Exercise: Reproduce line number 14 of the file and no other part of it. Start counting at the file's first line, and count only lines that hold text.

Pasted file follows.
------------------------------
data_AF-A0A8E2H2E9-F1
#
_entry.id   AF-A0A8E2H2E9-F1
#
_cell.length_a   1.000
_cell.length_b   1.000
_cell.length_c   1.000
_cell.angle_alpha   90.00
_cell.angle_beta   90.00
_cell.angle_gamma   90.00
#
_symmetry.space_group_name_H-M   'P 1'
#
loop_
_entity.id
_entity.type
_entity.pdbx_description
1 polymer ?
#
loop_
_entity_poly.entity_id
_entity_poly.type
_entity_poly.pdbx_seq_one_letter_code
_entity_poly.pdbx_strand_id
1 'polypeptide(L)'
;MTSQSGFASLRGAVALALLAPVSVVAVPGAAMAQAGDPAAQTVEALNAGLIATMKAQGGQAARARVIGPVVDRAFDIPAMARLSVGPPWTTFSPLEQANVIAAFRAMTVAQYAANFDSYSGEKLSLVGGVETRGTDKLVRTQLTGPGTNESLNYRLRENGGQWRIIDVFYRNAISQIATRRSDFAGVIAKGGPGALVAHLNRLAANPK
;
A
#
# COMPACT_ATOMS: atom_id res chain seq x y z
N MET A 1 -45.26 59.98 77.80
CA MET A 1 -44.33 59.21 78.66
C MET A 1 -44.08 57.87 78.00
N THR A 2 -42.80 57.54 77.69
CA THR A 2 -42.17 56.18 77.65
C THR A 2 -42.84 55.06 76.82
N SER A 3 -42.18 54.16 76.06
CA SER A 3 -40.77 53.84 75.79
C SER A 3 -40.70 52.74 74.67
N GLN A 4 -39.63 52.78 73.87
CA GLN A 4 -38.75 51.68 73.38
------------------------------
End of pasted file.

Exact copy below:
loop_